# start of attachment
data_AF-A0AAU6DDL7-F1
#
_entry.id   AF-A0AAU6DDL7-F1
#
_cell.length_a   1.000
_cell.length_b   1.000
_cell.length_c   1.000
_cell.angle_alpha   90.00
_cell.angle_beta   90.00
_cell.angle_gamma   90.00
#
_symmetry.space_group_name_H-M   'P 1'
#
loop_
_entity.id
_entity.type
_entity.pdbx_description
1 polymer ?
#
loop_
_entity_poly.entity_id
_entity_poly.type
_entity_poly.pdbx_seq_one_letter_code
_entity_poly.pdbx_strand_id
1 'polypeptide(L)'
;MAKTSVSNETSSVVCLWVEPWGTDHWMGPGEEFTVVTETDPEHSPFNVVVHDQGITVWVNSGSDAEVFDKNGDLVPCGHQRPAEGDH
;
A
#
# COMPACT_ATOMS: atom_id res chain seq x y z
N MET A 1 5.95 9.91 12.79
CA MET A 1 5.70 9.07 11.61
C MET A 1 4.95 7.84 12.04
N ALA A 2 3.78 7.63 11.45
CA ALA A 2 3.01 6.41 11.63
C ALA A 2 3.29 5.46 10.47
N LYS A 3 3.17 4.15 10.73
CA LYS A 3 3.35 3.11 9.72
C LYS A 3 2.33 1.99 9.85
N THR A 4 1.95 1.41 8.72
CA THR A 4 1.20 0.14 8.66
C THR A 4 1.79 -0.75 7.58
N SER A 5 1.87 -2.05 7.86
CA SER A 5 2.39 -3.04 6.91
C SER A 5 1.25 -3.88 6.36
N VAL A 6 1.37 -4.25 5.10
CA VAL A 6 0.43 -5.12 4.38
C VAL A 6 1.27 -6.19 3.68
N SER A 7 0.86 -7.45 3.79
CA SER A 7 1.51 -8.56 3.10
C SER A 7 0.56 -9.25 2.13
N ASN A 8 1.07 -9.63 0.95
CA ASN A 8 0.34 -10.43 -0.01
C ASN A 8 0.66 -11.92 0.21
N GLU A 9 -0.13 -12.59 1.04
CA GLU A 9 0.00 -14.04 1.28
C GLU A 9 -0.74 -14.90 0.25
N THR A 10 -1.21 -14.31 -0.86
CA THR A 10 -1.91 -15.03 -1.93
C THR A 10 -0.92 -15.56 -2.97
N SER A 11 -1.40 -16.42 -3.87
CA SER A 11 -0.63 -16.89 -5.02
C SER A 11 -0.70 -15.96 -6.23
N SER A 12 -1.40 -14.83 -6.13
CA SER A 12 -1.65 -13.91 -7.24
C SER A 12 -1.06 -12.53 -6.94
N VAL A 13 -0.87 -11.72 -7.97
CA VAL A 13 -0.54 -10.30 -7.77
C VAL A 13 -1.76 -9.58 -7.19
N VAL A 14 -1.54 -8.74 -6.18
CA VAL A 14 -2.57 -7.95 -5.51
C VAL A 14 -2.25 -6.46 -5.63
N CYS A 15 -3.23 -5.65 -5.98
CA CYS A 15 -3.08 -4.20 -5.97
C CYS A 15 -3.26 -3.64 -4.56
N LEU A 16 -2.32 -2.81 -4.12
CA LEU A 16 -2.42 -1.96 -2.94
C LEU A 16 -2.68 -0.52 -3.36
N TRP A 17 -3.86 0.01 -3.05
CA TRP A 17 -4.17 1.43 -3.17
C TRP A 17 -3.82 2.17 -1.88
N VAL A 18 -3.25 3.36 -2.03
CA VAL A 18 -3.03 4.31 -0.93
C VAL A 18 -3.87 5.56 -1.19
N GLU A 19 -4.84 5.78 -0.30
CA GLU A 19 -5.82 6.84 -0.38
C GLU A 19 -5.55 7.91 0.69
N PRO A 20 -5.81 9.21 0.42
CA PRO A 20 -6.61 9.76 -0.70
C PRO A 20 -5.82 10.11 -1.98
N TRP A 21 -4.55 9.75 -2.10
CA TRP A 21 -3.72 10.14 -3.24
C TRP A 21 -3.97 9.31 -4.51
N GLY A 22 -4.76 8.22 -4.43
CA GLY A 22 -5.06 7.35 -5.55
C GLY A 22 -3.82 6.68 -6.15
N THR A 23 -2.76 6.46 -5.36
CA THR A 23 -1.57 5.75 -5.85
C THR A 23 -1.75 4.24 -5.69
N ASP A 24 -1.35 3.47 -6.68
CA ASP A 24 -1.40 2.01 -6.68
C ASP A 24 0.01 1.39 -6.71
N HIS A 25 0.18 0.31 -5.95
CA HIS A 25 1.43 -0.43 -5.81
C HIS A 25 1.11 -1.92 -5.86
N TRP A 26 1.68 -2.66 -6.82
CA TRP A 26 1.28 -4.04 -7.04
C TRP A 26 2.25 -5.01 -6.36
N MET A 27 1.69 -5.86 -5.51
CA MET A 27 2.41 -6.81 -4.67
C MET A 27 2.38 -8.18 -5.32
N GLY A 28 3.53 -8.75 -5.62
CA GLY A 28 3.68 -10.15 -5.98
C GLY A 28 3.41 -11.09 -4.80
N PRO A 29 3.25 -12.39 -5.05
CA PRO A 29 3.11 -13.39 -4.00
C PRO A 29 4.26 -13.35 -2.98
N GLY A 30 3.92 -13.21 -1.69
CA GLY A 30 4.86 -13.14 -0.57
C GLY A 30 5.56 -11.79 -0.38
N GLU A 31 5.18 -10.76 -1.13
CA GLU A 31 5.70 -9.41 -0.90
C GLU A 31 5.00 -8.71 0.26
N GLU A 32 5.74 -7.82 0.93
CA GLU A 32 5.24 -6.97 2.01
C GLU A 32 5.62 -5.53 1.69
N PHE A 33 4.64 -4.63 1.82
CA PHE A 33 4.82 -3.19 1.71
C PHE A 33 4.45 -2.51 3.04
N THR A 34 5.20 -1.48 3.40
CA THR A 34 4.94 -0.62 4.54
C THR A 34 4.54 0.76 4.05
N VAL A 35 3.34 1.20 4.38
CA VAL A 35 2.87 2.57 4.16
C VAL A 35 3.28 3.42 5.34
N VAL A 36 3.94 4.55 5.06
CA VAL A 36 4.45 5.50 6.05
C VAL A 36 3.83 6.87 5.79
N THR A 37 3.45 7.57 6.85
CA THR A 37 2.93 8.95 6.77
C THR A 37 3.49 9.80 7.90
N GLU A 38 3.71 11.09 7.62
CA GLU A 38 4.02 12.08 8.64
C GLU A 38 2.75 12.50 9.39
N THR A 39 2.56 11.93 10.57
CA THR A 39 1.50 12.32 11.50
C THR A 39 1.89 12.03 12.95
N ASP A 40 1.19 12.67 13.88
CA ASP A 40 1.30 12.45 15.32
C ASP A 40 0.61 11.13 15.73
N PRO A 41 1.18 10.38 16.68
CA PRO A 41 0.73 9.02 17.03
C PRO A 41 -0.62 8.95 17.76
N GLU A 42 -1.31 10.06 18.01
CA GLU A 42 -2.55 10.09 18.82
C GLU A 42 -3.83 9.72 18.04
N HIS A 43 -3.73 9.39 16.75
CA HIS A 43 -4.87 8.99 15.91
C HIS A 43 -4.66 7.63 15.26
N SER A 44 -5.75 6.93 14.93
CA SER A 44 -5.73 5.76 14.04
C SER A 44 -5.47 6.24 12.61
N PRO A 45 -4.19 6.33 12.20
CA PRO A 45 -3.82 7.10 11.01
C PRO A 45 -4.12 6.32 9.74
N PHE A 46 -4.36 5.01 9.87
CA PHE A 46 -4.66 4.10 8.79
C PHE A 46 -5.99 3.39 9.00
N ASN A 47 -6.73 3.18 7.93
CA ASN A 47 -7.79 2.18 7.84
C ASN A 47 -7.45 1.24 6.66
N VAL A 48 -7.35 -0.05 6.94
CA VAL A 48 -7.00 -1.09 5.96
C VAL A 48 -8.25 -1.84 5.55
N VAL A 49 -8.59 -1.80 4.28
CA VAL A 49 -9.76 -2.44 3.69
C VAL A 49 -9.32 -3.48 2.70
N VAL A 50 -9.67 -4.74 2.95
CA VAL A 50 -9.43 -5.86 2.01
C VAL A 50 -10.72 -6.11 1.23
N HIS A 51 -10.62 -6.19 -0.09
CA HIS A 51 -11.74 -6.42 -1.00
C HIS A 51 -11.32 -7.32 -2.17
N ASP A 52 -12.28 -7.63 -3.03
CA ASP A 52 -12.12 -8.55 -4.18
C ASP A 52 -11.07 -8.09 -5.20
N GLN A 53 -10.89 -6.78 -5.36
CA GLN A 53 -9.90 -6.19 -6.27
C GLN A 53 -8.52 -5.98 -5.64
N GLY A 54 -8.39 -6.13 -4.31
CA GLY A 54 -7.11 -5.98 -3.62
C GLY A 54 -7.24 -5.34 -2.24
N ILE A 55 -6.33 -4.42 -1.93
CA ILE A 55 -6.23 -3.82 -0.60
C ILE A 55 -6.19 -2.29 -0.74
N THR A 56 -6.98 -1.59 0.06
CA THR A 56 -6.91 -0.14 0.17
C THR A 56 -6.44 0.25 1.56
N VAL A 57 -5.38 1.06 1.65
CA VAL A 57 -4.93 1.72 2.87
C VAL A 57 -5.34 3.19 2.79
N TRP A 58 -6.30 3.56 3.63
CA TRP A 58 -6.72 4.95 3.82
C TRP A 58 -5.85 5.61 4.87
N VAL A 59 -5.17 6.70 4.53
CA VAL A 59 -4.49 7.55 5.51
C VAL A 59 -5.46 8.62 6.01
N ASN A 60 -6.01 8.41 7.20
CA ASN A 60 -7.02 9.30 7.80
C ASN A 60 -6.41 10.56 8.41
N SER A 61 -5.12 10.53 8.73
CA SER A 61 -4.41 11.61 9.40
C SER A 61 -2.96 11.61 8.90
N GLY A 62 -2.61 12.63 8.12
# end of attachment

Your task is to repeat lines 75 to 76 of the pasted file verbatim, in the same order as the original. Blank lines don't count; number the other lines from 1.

C CYS A 15 -3.26 -3.64 -4.56
N LEU A 16 -2.32 -2.81 -4.12